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Urgent improvements to water security are needed

Urgent steps to improve water security are needed across the world in order to prepare for the climate crisis, according to a new report published by the University of Oxford-led REACH research programme. 

The report highlights that while the immediate impacts of droughts and floods rightly grab headlines, the climate crisis is also impacting societies in more subtle and less visible ways.

For example, during a climate event, women, children, the sick and the elderly have the highest risk of death because they are most likely to be at home during the event. 

During climate shocks, parents also have to decide how to protect their children, with education often being traded in favour of physical health and household income generation. 

people riding on bicycle during daytime

This report follows a recent warning from the World Health Organisation (WHO) and UNICEF that the world is on course to miss the UN Sustainable Development Goal – clean water and sanitation for all by 2030. 

Based on this the authors warn that: ‘Although water institutions are working towards climate resilience to manage risks from climate shocks and variability… more needs to be done to integrate climate resilience into water policy and practice.’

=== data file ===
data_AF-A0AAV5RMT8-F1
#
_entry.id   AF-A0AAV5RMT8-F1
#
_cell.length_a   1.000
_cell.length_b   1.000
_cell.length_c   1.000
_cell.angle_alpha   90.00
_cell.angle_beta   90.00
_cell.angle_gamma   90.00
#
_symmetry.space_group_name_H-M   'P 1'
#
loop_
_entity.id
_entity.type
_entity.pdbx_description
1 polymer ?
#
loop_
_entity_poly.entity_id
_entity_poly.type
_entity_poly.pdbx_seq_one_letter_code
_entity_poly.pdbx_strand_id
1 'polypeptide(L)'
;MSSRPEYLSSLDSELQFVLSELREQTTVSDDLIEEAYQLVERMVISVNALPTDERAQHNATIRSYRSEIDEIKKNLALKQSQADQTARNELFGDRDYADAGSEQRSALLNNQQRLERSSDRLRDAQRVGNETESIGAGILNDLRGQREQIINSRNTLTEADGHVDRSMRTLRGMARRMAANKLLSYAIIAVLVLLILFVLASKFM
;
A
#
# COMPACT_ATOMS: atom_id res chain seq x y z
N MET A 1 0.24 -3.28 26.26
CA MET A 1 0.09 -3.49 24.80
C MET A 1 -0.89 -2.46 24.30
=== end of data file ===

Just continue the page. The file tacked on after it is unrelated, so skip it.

The report makes specific recommendations to improve water security for climate resilience, under three overarching themes:

  • More accurate and granular analysis of climate risk is needed to make climate information relevant to specific users
  • Metrics for monitoring climate resilience in water systems are critical to track progress and inform investments for water security
  • New institutional models that improve water security will be critical for climate resilience

Dr Katrina Charles, associate professor and senior research fellow at the University of Oxford, said: ‘Our research shows how climate change is likely to affect water supplies in different ways, in different places, and what that means for different people. 

‘We also see how impacts on society fall more on some than others. Climate change can impact not just physical health directly, but also areas such as women’s empowerment and children’s education, especially in certain parts of the world.

‘There is no doubt: local policies and local investments can make a crucial difference. It is vital that governments and others understand the importance of climate resilience measures that reflect particular geographies, and take action now.

‘We are making progress, with UK government funding, and brilliant colleagues and supportive governments around the world, but there is so much more to be done.’

Photo by Gyan Shahane

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